So it is nothing more than a bet on a falling share price. On Amazon, almost 20 percent of the stocks traded on the stock exchange are sold short, while on Ebay this percentage is only around 10 percent. The pessimism of our reader is therefore shared by many investors. On the other hand, this also means that a further rise in the price of Amazon can hurt a lot of speculators, but in such a case their bet does not work. If these investors then have to act quickly before the price of the Amazon share rises even further, this leads to even more violent price fluctuations upwards. The Amazon share is obviously accompanied by a lot of emotions, which ultimately obscures the core question of whether the company can be successful in the long term, given its balance sheet structure. And there are certainly glimmers of hope.

Amazon's sales rose by a quarter in the first nine months of 2002, and losses fell by 73 percent. Two years ago, Amazon invested 10 cents of every dollar in sales in setting up distribution centers and programming its website. That number is now under a cent, a quarter of what Wal-Mart, the world's largest retailer, has to spend on its investments. In the first half of 2002 Amazon invested 4 percent of its sales in advertising, three years earlier this share had been 12 percent. Since the company's IPO, Amazon founder and CEO Jeff Bezos has emphasized that the most important number for assessing the long-term existence of his company is the inflow of funds (cash flow). "That is the only measure of what is really going on in our country," he says. In addition, the cash flow is easy to understand: "You simply take your bank balance at the end of the year and subtract it from your bank balance at the beginning of the year," says Bezos, explaining the essence of the actually somewhat more complicated key figure.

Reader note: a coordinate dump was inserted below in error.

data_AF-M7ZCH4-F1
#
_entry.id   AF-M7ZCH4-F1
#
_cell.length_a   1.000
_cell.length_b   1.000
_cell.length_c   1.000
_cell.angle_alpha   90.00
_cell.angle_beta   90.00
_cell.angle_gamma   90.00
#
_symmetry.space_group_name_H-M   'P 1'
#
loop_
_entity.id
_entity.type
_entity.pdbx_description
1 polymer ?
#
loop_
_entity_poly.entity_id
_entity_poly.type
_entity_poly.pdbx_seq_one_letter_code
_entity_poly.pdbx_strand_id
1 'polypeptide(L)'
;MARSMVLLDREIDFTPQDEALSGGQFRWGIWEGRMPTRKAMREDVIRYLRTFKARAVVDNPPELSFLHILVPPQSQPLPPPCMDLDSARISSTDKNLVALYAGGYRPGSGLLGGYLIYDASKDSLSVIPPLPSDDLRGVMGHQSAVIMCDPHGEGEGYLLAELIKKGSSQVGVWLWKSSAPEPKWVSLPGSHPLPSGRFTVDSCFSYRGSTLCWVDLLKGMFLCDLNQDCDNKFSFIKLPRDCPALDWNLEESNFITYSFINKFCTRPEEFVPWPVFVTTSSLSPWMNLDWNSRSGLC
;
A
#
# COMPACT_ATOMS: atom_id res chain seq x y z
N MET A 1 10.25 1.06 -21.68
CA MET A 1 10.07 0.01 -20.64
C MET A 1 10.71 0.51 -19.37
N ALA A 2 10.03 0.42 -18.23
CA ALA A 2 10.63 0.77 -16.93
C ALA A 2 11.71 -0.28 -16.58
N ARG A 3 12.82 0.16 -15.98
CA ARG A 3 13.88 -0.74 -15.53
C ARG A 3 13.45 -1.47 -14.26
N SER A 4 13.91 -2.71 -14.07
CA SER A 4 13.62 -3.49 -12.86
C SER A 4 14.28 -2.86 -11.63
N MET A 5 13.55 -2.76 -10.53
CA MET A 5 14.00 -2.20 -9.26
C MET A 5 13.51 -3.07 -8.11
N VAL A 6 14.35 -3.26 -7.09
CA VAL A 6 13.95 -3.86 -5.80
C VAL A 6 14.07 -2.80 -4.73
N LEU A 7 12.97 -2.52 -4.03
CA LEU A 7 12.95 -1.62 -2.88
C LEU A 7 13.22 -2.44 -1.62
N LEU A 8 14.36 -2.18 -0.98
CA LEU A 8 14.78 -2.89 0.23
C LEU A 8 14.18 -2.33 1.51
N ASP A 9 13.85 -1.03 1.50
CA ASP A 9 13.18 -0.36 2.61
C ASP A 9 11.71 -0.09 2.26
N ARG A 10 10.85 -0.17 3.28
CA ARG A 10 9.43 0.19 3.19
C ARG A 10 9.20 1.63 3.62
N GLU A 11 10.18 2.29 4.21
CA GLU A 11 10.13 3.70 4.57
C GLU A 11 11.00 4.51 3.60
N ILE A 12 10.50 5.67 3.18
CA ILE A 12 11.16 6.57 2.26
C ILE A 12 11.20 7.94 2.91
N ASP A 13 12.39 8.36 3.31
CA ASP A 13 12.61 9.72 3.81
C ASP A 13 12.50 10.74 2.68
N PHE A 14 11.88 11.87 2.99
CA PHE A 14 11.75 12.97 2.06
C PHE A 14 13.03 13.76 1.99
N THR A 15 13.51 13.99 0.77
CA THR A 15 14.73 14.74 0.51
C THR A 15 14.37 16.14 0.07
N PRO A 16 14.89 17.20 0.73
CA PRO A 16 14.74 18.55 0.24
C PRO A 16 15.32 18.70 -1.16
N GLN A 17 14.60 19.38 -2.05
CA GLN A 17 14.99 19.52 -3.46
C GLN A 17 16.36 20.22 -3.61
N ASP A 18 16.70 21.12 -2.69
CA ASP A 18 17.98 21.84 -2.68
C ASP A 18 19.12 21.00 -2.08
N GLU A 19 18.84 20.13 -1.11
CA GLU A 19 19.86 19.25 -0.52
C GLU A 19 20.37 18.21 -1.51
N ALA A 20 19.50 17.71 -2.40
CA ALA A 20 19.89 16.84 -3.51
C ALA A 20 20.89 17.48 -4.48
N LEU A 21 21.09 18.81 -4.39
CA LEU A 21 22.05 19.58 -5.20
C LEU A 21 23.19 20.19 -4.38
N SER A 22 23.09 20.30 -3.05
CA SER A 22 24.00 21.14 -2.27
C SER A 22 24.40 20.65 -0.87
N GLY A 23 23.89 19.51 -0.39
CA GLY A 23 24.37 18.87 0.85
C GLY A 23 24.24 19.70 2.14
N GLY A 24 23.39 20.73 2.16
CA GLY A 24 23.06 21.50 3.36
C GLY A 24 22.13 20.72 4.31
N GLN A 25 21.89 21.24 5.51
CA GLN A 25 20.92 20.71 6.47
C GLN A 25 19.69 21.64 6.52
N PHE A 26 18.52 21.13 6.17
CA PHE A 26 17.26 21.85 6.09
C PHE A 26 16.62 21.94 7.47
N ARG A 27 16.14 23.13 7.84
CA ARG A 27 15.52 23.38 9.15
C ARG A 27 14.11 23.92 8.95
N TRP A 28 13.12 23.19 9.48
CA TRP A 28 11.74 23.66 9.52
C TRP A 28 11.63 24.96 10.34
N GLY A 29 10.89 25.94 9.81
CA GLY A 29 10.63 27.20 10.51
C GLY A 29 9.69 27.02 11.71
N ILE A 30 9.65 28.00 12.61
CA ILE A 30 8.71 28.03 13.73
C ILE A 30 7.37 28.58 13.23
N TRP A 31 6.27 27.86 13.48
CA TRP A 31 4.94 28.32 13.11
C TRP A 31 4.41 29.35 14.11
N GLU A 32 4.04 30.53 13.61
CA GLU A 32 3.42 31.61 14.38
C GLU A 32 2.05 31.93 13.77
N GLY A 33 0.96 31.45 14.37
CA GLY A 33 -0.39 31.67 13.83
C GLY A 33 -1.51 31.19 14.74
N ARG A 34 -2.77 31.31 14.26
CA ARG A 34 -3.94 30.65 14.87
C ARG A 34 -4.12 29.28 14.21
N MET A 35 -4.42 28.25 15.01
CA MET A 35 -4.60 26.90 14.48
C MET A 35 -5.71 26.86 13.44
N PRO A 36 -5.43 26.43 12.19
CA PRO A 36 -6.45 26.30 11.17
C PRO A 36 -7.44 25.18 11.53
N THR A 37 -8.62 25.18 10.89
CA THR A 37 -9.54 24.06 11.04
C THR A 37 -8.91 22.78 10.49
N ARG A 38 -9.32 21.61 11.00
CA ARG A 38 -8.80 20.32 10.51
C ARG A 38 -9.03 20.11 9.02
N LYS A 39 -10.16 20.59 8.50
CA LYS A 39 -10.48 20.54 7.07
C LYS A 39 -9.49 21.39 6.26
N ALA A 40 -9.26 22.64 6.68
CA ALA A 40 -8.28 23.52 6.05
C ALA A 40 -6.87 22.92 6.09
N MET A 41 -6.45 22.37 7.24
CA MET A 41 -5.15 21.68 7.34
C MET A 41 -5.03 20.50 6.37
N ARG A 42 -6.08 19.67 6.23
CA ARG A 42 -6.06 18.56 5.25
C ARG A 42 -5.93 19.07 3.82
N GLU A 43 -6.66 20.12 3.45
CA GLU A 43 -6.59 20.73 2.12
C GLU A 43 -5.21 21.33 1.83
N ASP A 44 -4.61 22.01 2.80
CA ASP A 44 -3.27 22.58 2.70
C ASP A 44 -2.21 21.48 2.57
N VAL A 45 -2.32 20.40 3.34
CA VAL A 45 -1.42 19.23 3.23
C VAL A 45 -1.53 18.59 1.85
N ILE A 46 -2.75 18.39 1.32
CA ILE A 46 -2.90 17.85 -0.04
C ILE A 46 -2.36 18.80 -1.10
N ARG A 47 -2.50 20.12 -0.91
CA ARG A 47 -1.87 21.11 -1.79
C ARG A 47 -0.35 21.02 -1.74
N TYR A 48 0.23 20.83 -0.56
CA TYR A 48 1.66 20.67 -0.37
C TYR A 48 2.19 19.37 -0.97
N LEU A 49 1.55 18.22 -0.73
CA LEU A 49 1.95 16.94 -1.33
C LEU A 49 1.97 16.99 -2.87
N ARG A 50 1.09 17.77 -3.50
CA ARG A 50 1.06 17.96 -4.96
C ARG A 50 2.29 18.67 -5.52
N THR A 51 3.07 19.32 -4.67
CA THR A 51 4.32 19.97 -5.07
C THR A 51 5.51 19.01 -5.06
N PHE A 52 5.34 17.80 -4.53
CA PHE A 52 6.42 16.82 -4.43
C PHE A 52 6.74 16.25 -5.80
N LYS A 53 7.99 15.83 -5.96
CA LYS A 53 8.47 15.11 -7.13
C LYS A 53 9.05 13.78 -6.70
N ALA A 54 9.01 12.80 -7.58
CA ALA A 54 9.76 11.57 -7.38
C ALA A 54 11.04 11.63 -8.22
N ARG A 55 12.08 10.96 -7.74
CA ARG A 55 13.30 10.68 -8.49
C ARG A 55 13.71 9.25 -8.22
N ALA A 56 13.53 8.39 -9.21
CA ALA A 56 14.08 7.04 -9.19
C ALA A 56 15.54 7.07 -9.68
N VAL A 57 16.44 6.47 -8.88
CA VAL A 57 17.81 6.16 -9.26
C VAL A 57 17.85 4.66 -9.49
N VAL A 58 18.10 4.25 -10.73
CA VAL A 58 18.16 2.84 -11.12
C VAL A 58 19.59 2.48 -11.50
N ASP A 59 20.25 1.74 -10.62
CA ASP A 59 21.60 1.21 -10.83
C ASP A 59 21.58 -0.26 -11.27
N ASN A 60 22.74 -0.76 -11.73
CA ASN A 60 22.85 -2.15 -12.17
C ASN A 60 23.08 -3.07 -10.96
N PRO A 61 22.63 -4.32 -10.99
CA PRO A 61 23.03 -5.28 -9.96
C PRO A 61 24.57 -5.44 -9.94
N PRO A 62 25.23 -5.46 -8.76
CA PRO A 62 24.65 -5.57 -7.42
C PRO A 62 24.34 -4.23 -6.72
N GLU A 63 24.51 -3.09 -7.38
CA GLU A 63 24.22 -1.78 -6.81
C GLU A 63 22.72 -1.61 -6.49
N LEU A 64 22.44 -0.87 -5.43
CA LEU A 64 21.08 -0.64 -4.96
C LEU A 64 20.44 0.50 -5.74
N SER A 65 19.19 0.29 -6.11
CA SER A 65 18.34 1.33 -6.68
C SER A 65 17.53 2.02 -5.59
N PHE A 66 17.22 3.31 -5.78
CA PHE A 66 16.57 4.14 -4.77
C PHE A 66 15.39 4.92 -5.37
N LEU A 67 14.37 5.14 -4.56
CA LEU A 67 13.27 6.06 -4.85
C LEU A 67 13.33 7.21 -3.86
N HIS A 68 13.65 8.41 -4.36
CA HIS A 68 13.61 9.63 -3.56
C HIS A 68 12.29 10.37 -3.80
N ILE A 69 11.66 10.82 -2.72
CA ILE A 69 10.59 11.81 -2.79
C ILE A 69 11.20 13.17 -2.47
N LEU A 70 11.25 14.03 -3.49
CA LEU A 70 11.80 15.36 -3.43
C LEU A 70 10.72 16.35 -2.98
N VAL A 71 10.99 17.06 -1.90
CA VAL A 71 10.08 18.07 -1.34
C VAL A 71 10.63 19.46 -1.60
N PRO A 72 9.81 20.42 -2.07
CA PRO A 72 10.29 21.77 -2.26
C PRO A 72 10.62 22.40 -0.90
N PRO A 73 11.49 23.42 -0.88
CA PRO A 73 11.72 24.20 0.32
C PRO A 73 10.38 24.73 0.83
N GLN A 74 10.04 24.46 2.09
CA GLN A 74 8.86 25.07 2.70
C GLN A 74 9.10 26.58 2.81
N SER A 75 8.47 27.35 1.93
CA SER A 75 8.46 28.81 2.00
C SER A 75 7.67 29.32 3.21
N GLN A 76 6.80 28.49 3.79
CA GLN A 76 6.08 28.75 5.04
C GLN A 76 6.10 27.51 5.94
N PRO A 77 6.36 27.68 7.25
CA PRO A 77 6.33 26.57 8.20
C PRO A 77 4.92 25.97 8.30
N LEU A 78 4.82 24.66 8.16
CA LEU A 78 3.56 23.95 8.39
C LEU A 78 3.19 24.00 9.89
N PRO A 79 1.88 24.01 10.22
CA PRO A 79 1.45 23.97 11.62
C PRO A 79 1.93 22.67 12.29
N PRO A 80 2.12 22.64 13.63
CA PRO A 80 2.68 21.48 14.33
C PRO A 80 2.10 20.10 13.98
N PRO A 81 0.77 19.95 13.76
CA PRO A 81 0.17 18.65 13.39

Strong belief in cash flow

Bezos believes that positive cash flow will help Amazon weather any pressures given its heavy debt burden. In fact, Amazon's cash flow was positive at around $ 57 million last quarter. The cash and cash equivalents of currently around 865 million dollars ensure short-term security. Amazon does not have to refinance the first large tranche of its long-term debt with an interest rate of 4.75 percent until 2008, so short-term interest rate fluctuations are not particularly interesting. It is therefore highly unlikely that there will be speculation about the bankruptcy of Amazon in the coming year. … ”

So far so good. The reader was mistaken to an extent that, in retrospect, almost stunned: Because today Amazon has a market value of a good 92 billion dollars and not 7.2 billion dollars as it was when the answer was written. So you can't even blame Bezos for long-term harm to its shareholders (only the short sellers weren't having fun). And now he always ensures healthy competition on the tablet market.

Tags: Amazon, Jeff Bezos, Kindle Fire, tablet computers
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How Amazon didn't go broke

By Carsten Knop

The online retailer Amazon has just disappointed with its quarterly figures and its earnings outlook for the fourth quarter. The share price fell significantly, investments in the new tablet computer "Kindle Fire" weighed on the result. The attack on Apple will be expensive, the shareholders will have to bleed for it. On the other hand, the news reminded me of a text I wrote back in November 2002 at the time still as a correspondent in Silicon Valley. "I claim that in the second quarter of 2003 at the latest there will be speculation about the bankruptcy of Amazon," wrote a reader to us at the time. I tried to clarify whether the statement would be true.